Deconstructing Jesus
by Robert Price
Professor of Biblical Criticism at the Center for Inquiry Institute, member of the Jesus Seminar, and editor of the Journal of Higher Criticism

What you'll find:

A non-apologist New Testament scholar's analysis of the Christ-myth

Basically another Jesus theories book.

Is this the final word on who Jesus was or wasn't? No, it's not. It is a useful look at the methods and conclusions of modern New Testament scholarship—by an academic who isn't impressed by either.

Price is an academic who understands the orthodox scholarly theories, though he doesn't buy them. His theme is that nothing we know about Jesus is historical, everything is mythical.

The book follows the regulation scholarship, starting with the "Jesus People," (an academic term for Jesus' first followers; the Jesus People weren't really Christians, since they didn't believe Jesus was God or that he had risen from the dead), on to the first groups who worshiped Jesus as God, the Christ-cults (another academic term), through Jewish Messianic expectations, non-orthodox early Christianities and even ancient novels, which reveal a cultural theme of escape from crucifixion.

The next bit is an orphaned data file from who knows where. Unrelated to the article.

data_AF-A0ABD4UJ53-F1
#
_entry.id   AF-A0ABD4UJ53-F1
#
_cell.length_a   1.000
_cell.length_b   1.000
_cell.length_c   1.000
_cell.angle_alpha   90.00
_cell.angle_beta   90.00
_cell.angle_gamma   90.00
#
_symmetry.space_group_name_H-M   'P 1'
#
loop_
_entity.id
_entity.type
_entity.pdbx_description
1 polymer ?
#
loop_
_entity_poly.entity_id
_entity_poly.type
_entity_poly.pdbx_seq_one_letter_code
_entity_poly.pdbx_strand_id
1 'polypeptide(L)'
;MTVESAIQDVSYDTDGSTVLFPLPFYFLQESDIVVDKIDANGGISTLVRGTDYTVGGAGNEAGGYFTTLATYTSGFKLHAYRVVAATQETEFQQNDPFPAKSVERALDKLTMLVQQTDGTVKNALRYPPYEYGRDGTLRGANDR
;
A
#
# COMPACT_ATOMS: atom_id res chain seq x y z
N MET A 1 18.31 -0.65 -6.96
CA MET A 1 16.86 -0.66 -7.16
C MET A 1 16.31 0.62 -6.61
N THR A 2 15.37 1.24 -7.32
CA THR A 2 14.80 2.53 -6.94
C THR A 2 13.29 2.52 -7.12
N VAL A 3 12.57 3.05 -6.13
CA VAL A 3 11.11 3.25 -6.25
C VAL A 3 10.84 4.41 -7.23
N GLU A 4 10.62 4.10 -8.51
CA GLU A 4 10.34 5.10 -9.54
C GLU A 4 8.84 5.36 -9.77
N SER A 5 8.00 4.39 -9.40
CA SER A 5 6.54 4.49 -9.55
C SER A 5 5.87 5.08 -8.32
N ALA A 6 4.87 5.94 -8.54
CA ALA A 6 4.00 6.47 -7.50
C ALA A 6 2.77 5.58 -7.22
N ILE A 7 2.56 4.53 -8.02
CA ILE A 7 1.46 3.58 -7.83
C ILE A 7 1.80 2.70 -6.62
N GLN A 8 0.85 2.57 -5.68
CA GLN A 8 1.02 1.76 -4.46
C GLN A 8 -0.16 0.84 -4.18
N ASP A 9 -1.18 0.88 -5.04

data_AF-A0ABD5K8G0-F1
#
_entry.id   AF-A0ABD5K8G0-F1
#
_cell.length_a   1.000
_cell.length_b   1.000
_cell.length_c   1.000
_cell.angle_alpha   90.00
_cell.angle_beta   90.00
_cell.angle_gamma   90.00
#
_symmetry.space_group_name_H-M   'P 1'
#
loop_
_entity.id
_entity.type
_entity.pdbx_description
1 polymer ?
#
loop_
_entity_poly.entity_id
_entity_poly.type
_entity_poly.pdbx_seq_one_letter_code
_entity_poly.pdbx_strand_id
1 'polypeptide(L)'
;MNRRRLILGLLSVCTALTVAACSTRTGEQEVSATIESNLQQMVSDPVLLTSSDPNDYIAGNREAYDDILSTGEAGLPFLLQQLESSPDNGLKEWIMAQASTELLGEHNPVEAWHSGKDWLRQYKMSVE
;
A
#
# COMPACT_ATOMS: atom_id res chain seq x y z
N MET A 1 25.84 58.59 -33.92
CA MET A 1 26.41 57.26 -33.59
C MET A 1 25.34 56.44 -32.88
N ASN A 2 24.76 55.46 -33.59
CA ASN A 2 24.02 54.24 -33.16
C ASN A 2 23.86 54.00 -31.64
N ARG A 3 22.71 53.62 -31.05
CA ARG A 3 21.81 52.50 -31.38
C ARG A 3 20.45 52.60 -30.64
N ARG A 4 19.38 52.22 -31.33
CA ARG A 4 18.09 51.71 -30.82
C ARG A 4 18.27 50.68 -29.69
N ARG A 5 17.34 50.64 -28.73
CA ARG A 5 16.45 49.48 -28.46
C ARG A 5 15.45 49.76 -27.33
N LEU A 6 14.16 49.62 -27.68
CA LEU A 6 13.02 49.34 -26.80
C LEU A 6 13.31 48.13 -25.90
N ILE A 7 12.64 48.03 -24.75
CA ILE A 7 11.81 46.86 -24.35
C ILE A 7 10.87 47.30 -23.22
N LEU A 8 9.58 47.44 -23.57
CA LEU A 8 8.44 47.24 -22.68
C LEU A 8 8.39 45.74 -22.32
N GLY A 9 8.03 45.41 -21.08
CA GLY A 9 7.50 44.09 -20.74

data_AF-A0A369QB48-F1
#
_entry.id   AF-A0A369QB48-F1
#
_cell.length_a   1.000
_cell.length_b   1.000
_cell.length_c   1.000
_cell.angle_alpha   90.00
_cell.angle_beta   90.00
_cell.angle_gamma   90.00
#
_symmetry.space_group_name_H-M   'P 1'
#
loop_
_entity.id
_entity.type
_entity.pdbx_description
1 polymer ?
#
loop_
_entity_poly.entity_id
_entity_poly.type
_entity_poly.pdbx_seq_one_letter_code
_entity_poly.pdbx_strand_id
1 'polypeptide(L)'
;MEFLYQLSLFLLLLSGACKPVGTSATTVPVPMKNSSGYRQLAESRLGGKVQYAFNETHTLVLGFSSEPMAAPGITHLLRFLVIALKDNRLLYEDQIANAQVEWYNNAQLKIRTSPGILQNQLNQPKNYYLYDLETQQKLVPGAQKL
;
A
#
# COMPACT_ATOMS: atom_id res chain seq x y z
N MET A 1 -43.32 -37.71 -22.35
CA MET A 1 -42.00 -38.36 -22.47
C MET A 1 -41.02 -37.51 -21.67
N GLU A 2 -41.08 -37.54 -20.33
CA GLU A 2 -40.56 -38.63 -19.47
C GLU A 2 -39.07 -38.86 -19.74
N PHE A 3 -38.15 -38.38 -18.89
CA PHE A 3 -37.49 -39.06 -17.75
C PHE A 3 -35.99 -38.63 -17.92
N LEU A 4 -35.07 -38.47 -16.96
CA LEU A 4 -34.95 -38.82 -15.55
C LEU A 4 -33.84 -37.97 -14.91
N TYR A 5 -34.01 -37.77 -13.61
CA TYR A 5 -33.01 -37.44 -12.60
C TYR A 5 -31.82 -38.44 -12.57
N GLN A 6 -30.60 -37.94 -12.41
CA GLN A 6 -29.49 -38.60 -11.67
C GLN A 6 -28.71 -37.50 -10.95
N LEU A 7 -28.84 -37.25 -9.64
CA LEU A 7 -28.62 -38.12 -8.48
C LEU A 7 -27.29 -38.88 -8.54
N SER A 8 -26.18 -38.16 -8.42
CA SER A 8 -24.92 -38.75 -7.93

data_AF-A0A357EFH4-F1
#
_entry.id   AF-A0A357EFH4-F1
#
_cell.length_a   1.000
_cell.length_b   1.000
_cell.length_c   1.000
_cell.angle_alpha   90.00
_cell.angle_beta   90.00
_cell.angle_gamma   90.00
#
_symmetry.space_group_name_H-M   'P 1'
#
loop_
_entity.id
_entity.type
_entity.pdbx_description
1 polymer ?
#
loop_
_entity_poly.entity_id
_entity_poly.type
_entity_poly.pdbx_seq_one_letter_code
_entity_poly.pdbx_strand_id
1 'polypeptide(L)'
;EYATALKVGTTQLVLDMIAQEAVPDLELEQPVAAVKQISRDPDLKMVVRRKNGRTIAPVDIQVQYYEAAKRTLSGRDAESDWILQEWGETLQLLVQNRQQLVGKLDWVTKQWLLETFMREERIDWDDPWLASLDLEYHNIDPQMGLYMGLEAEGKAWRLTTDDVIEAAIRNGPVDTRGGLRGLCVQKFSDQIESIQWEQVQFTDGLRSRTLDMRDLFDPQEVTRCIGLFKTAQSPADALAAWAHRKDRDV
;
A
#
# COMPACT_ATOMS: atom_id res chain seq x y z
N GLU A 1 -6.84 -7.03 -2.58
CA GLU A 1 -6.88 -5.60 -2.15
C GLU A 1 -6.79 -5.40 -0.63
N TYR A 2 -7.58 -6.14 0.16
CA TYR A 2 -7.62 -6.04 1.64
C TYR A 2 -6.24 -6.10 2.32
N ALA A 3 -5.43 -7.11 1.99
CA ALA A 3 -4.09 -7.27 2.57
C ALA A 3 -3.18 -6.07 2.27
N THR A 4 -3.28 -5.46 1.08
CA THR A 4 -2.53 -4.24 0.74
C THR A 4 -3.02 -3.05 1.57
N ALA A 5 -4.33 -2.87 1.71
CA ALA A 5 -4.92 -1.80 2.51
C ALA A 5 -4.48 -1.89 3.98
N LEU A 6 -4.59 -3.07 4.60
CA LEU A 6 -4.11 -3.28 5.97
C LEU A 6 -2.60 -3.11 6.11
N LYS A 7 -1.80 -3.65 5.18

The point is not one-for-one parallels between Jesus and, say, Mithras or Osiris.  The point is that  the first Christians took the basic ideas of their culture and adapted them to their new faith.



The Mystery-Religions
A Study in the Religious Background of Early Christianity
by Samuel Angus

What you'll find:
A famous and much cited account of the Mystery Religions.  Written in the 1920s, the book is still in print.
Organized by feature- of -religion, so you get an overview of the mysteries rather than a detailed look at each of them.





Hellenistic Mystery Religions
Their basic ideas and significance
by Richard Reitzenstein (1861 - 1931)
translated by John Steely

What you'll find:

as far as I can tell this is the only English translation of this highly famous, highly influential, poorly organized, scholarly analysis of the Mystery religions.

The good news: Reitzenstein supports his arguments with extended quotations from primary ancient sources.
The bad news is, get this: the quotations are not translated into English, so unless your Greek and Latin are shiny, a very frustrating book.

This English version was published in 1978 and is now out of print. You can sometimes find it used at